fredag 28 januari 2011

Serbia wants Albanian organ trade inquiry

Serbia wants Albanian organ trade inquiry

Jan 27, 2011
Serbian President Boris Tadic addressed the Parliamentary Assembly of the Council of Europe (PACE) on Wednesday, calling for an immediate, full and independent investigation into the allegations found in Council of Europe rapporteur Dick Marty’s report on organ trafficking in Kosovo.
Serbia's President Boris Tadic delivers a speech to the Parliamentary Assembly of the Council of Europe (PACE) in Strasbourg
Serbia's President Boris Tadic delivers a speech to the Parliamentary Assembly of the Council of Europe (PACE) in Strasbourg
Tadic thanked PACE for adopting the report and making the first important step towards the truth about what really happened in secret detention facilities ran by the Kosovo Liberation Army (KLA) and for taking a neutral stance regarding Kosovo. “I would urge you to continue this policy of avoiding divisive debates on controversial matters, including the potential application for membership for Kosovo,” Tadic said in his PACE address.
Serbia’s stand on Kosovo is well known, and Belgrade will not recognize its province’s unilaterally declared independence, Tadic asserted, adding that the Serbian delegation for the talks with Kosovo has been ready for months now.
The sooner the discussions with Kosovo begin, the sooner will Serbia and Kosovo be able to move forward towards a historical reconciliation between the Serbs and Albanians, Tadic remarked, appealing to all sides to be creative.

Commenting on Marty’s report, Tadic stressed that the allegations made in it should not be swept under the carpet.
Tadic quoted the report in saying that the KLA has been involved in drug, weapons and human trafficking since 1998 and that the so called Drenica Group was the most responsible for what happened to hundreds of ethnic Serbs and Albanians who were kidnapped by the KLA.
Much has been done since the democratic changes in Serbia from October 5, 2000, which is why the next decade is viewed with optimism, he noted.
According to Tadic, the greatest challenges for Serbia, the region and Europe in the coming decade include meeting the EU standards so Serbia and the region could be integrated as soon as possible, the completion of the reconciliation process in the Balkans and finally measures against “those who want to abuse democracy and our economies.”
“Our strategic objective is to join the European Union,” the president stated. “In a few days, the Prime Minister of Serbia will submit our answers to the questionnaire of the European Commission. Thereafter, we hope that we will be able to proceed towards candidacy and the opening of accession negotiations,” he continued.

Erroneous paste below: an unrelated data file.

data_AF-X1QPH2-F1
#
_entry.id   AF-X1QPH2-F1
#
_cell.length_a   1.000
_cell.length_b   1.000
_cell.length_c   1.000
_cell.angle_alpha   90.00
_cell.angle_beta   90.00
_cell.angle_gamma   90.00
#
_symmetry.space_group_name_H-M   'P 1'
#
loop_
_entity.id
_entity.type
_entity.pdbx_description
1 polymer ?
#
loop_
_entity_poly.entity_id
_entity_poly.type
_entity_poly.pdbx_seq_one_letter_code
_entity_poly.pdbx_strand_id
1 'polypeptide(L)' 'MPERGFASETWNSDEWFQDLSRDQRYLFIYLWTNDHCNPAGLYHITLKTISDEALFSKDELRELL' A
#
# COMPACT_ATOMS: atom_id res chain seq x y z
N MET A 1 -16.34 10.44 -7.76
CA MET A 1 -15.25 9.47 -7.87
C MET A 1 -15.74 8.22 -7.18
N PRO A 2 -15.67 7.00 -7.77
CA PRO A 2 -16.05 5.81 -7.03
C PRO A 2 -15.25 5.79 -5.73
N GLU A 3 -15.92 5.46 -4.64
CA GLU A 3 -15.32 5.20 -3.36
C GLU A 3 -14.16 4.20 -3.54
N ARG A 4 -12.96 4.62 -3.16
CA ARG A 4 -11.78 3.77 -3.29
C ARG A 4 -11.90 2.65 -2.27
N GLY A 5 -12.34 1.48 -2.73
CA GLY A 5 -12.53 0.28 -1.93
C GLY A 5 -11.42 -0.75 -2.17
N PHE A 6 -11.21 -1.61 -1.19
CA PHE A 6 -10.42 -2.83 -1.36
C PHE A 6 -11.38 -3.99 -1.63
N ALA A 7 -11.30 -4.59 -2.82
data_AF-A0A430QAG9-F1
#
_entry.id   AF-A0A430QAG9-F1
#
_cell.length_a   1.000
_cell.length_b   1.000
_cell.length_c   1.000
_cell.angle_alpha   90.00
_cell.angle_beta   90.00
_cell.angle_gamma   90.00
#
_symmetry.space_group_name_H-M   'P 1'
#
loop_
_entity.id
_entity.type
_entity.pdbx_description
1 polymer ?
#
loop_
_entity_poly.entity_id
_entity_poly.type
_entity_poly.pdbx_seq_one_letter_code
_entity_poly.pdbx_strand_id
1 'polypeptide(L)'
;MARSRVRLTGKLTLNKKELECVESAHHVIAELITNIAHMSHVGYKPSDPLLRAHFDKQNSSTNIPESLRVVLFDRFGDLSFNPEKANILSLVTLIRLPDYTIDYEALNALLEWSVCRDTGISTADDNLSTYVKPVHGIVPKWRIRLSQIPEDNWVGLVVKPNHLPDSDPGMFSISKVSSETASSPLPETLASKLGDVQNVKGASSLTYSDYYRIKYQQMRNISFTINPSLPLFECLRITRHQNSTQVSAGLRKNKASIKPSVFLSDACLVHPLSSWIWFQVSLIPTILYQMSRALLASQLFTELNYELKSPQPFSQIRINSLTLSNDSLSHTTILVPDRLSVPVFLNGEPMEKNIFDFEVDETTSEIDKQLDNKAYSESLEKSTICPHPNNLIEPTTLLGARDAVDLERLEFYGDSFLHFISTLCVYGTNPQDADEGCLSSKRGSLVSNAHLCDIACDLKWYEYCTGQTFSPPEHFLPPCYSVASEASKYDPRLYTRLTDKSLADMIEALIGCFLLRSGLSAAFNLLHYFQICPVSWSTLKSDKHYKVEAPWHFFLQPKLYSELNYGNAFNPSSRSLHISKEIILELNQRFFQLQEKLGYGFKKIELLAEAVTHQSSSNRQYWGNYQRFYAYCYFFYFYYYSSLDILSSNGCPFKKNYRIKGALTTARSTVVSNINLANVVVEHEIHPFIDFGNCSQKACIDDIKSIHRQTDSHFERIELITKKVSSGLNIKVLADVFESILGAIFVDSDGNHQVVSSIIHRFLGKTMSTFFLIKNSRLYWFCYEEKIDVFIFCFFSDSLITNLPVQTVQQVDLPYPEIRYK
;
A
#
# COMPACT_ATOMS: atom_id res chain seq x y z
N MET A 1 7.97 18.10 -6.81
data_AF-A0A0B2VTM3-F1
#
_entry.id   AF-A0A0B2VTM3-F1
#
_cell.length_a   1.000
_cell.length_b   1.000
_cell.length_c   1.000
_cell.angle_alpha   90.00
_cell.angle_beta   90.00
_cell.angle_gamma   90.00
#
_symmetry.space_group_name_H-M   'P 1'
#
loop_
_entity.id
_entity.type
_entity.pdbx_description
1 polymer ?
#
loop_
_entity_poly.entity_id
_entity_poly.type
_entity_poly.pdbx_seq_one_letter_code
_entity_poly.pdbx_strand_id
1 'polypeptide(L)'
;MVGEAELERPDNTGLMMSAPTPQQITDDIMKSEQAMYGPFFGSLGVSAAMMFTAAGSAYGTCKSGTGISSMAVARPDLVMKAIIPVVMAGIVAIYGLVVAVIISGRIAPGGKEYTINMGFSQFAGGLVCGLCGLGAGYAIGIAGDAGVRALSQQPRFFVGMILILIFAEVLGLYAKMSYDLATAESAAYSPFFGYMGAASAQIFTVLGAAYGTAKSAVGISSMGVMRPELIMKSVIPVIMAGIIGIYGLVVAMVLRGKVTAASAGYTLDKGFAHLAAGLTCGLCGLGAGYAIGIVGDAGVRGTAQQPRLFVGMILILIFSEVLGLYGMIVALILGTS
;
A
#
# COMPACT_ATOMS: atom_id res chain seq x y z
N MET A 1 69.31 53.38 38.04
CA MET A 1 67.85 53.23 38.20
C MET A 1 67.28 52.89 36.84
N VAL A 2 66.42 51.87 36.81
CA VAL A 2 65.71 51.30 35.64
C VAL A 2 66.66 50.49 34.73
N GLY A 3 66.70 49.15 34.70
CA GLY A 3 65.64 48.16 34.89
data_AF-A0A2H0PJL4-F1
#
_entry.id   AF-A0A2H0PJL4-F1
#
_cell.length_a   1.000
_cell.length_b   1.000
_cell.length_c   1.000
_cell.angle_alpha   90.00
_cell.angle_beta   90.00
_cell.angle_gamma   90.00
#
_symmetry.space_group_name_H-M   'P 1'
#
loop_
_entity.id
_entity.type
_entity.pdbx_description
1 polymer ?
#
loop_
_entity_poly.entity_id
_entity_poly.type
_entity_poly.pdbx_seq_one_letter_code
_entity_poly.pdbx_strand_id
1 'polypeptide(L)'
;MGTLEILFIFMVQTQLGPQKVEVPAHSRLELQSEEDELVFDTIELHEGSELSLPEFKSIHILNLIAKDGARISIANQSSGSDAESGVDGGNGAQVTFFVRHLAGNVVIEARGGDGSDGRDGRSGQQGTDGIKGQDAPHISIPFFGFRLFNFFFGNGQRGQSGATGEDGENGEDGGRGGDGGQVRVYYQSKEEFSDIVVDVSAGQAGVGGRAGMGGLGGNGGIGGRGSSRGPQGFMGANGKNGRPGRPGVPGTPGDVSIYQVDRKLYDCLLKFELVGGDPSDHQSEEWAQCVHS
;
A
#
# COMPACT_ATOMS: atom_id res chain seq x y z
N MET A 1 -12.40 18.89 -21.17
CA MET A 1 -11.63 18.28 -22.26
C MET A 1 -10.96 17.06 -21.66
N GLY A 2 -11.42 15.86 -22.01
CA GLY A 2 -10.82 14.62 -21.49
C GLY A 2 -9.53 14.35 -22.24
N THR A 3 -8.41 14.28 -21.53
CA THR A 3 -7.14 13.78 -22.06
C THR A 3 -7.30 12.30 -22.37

Tadic drew attention to the improvement in relations with Croatia and Bosnia-Herzegovina, citing his meeting with Josipovic in Vukovar as a great help in the reconciliation process.
“It is our purpose in Serbia to promote harmony – within our society, among our societies in the region and between the EU and the region,” the president pointed out, adding that the relations in the region are at their highest level in the last 20 years.
The policy of reconciliation is a priority because it poses a strategic and moral imperative, he asserted. That is why Serbia will continue to cooperate fully with the International Criminal Tribunal for the former Yugoslavia (ICTY), the president noted.
“We will keep working on locating, arresting and extraditing the two remaining fugitive indictees, including Ratko Mladic, as we have with 44 others over the past few years,” he emphasized.
The president feels that organized crime is among the greatest threats to peace, security and progress in the region. Organized crime is a serious threat to society and the economy, he argued, advocating a strategic alliance between the countries of the region in combating that plague. PACE members were mostly interested in the situation in the region and issues regarding Kosovo.
Speaking about Marty’s report, Tadic stated that all war crimes in the region should be investigated, not just those in Kosovo. All reports are beneficial in that sense and help establish better relations in the Balkans, he explained.
Serbia will do everything to investigate war crimes and find the two remaining ICTY fugitives, said Tadic, who hopes that other governments will also do their best to investigate the events of the past two decades. The region’s future lies within the EU and the relations in the Balkans are at their highest point in the past 20 years, he reiterated in conclusion.
January 27, 2011

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